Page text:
UVa’s New Purchasing System Not Popular

UVa has launched a new purchasing system, Aaron Kessler reports in the Daily Progress, but it’s not going over very well. David Sewell writes in — speaking only for himself and not the university — explaining the difficulty:

It’s not just the double-whammy fee that’s a problem. The whole system, while facilitating simple orders like office supplies, makes it much harder for departments to order things like one or two copies of software produced by a small Eastern European company that’s not prepared to deal with the bureaucracy for registering as a UVa vendor. (Can you imagine if you were a tiny software shop and had to spend 15 minutes of your time figuring out Web registration forms from every public institution that wanted to place a $25 order? You’d be out of business fast.)

The folks I know in purchasing at UVa are trying to figure out how to circumvent the system entirely — it’s just too much trouble. And, as always, I’m not speaking for the university, either, even though I work for ’em, too, in a roundabout way.

5 thoughts on “UVa’s New Purchasing System Not Popular”

  1. Since sending Waldo the note with the bit quoted, I’ve made my first purchase using the new UVa Marketplace system. Nothing complex; my office needed a couple of computer reference books. I thought it might be entertaining to offer a comparison of how the old way and the new way of ordering differ.

    Ordering books, old system:Go online to Amazon.com or O’Reilly or whatever.
    Order books, using UVa purchasing card.
    Sit back and wait for books to arrive in the mail.Ordering books, new system:
    Go online to UVa Marketplace application.
    Choose local “Barnes and Noble” as vendor. They’re the one bookseller we know is set up to deal with the new system.
    However, B&N is not a catalog vendor, so choose “Non-Catalog Form” and fill in a separate line-item screen for each book.
    Click through three or for screens submit order for purchase order approval.
    Wait for departmental approver to approve order after she receives email notification that order has been submitted.
    Once a PO has been generated, send a faxed copy of the PO to Barnes & Noble.
    Wait for B&N to notify you that the books are in.
    Drive to B&N, as they don’t deliver books ordered via purchase order.
    Wait in line at the front for an available person. Pick up books.(Oh, and since B&N is a University contract vendor, the actual price for the books will not be the same as the listed price at BN.com. If you want to know what you will actually be paying, add step 2.5, “phone Barnes & Noble to ask how much the books will cost”.)The alternative is to use the university Purchasing Card for an over-the-counter purchase at B&N. But this means you don’t get the discounted contract price, and may have to make two trips to the store if the books aren’t in stock.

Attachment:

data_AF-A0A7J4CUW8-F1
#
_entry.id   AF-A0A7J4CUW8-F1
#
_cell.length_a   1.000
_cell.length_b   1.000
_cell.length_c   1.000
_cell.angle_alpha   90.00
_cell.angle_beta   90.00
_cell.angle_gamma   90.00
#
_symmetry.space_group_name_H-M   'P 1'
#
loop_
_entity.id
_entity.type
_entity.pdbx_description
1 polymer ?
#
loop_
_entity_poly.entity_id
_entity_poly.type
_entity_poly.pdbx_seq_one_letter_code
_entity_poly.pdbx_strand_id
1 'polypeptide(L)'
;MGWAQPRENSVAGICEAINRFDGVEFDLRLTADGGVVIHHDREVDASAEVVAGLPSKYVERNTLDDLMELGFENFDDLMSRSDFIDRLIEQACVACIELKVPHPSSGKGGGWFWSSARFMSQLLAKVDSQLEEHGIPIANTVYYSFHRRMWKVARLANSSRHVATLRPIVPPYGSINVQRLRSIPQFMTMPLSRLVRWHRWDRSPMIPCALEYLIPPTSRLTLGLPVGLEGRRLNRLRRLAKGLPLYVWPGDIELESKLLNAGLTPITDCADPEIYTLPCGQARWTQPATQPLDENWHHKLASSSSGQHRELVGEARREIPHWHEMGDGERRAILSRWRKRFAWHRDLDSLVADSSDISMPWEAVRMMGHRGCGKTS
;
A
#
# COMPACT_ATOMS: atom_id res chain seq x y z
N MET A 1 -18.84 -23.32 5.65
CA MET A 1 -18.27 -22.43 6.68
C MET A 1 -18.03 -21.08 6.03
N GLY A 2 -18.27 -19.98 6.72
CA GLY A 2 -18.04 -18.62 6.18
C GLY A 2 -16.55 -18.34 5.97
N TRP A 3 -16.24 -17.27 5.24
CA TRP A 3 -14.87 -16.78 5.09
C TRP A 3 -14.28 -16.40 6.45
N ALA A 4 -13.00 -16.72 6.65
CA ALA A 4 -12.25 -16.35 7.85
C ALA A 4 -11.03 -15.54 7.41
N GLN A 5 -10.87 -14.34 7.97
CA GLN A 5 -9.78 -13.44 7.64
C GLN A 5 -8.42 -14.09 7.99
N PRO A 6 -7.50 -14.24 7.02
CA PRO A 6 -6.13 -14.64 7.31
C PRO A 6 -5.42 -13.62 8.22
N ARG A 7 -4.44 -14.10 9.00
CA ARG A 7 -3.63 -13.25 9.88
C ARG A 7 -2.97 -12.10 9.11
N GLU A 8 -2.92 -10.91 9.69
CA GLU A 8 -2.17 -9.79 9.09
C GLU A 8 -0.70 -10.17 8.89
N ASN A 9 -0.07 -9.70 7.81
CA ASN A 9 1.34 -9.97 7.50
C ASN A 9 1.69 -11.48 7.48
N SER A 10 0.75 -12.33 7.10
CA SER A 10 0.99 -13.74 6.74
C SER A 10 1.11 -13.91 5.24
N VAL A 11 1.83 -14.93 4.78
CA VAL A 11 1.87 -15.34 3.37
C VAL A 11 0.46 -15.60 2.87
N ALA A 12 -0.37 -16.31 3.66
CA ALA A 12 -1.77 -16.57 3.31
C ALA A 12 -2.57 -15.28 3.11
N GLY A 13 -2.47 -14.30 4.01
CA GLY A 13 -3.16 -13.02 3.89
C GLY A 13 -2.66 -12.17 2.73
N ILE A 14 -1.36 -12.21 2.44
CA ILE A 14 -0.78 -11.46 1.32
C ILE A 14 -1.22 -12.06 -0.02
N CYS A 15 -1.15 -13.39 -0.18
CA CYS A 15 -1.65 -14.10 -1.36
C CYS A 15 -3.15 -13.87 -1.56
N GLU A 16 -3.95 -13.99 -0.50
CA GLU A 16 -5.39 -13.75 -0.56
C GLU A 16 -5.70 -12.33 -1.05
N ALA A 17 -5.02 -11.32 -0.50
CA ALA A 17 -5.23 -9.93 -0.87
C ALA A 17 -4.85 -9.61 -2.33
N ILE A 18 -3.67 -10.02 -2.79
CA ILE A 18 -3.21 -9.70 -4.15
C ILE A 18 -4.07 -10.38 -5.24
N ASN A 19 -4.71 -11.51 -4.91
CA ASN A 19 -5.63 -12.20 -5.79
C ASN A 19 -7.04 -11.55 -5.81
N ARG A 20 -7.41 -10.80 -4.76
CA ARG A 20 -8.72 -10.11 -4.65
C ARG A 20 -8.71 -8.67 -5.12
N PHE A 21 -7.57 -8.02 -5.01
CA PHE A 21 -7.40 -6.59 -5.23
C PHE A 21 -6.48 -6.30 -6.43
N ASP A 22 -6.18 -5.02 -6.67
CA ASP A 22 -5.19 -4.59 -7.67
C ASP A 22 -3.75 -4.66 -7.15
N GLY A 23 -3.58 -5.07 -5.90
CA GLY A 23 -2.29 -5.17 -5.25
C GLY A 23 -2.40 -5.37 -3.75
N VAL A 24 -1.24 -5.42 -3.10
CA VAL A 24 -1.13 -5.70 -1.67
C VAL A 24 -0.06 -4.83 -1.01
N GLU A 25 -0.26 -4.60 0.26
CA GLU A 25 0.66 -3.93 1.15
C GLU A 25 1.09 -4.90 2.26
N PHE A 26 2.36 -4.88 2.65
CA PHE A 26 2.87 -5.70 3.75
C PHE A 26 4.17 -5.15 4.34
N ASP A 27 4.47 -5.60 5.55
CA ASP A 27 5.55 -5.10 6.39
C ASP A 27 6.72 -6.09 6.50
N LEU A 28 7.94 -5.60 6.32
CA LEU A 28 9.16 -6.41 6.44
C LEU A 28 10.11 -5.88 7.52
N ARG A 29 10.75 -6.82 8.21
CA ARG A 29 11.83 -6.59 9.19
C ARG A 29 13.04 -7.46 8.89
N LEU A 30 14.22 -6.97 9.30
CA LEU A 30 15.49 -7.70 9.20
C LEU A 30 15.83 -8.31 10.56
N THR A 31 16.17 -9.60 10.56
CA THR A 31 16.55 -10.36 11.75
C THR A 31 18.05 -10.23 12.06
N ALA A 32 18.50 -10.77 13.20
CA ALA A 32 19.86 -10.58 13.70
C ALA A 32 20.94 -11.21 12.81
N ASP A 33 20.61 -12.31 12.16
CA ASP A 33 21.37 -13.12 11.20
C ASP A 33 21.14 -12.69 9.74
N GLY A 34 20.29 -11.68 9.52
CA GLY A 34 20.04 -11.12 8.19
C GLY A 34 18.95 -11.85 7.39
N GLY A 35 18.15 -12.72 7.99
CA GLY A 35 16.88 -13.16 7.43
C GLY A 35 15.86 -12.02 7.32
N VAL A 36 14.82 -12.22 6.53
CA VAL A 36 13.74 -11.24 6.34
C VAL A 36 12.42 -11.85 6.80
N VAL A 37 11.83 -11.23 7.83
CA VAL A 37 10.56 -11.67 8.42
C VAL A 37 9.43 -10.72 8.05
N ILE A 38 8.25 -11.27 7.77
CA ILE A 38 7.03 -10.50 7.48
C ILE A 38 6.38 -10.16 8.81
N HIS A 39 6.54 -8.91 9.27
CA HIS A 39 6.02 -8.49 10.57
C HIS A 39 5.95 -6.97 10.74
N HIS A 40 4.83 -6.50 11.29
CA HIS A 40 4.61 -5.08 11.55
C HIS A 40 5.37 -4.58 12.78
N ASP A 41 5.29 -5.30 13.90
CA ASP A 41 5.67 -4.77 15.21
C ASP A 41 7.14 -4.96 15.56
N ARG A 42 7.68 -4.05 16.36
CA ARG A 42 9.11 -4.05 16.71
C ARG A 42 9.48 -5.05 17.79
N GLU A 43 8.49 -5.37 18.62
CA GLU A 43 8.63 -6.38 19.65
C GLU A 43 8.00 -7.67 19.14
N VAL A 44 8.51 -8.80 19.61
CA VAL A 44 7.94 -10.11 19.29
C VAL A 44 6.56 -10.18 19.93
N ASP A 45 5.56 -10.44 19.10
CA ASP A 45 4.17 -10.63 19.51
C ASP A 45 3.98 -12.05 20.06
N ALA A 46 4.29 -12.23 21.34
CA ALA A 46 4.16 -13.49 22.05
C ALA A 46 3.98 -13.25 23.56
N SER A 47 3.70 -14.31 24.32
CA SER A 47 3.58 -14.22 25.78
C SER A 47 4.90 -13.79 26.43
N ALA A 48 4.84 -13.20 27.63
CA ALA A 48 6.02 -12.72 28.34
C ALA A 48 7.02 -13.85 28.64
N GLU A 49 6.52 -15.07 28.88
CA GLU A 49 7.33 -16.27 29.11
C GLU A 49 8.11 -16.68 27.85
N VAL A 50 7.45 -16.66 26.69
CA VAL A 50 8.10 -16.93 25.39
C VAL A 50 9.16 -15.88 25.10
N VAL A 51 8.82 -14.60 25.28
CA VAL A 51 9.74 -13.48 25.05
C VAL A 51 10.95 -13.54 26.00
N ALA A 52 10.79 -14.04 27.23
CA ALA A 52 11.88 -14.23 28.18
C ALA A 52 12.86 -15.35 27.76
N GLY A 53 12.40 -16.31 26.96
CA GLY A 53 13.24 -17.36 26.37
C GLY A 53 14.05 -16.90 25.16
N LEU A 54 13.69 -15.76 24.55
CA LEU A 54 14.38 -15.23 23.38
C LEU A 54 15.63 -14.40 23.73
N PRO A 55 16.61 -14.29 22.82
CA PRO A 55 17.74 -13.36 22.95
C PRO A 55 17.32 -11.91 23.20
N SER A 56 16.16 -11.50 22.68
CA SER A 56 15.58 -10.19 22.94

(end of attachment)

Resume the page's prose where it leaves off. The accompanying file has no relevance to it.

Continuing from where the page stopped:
No doubt the new system will work more smoothly as kinks are addressed, but at the moment it’s hard to see how this all amounts to savings in either time or money.

  2. [Grr. Waldo, why does WordPress show HTTP “ol” and “li” tags working properly as you type and then strip them when the comment is submitted? Sorry for the ungodly formatting of the previous comment.]

  3. Oops. Sorry, David. This is actually my fault — I have one plugin that provides the preview that cheerfully renders any HTML, even if WordPress is going to strip them out. I wish I could figure out how to set which tags WordPress will accept or reject. Lists seem like a pretty basic requirement, IMHO.

  4. The purchasing system in place over the last few years was pretty bad as well. I’m frightened by the fact that the new system is worse.

    In short, there were so many hoops to jump through that I was more than willing to pay extra to work through contract vendors which operated without the hoops… So I really doubt the eVA is saving money for the state.

  5. EVA is merely a way to re-capture revenue from state institutions. Vendors on the SWAM and EVA lists simply jack up their prices to the state to reflect the new vendor fees – basically this is a way of pulling money out of other state agencies to cover the costs of the new EVA system (and then some).

    The hassle is directly proportionate to how “commoditized” your buying is – yeah, if you can get a current text from B&N or somesuch, or run of the mill IT equipment, it’s probably not going to be a big hassle. If you work with even slightly esoteric vendors, it’s a nightmare.

    It’s not the convenience factor – it’s the cost. Those of us who do try to be efficient with state dollars and get as much as possible for the money are really undercut by this. I predict massive backlash after people realize how the various non-compliance fees add up and eat up budgets.

Comments are closed.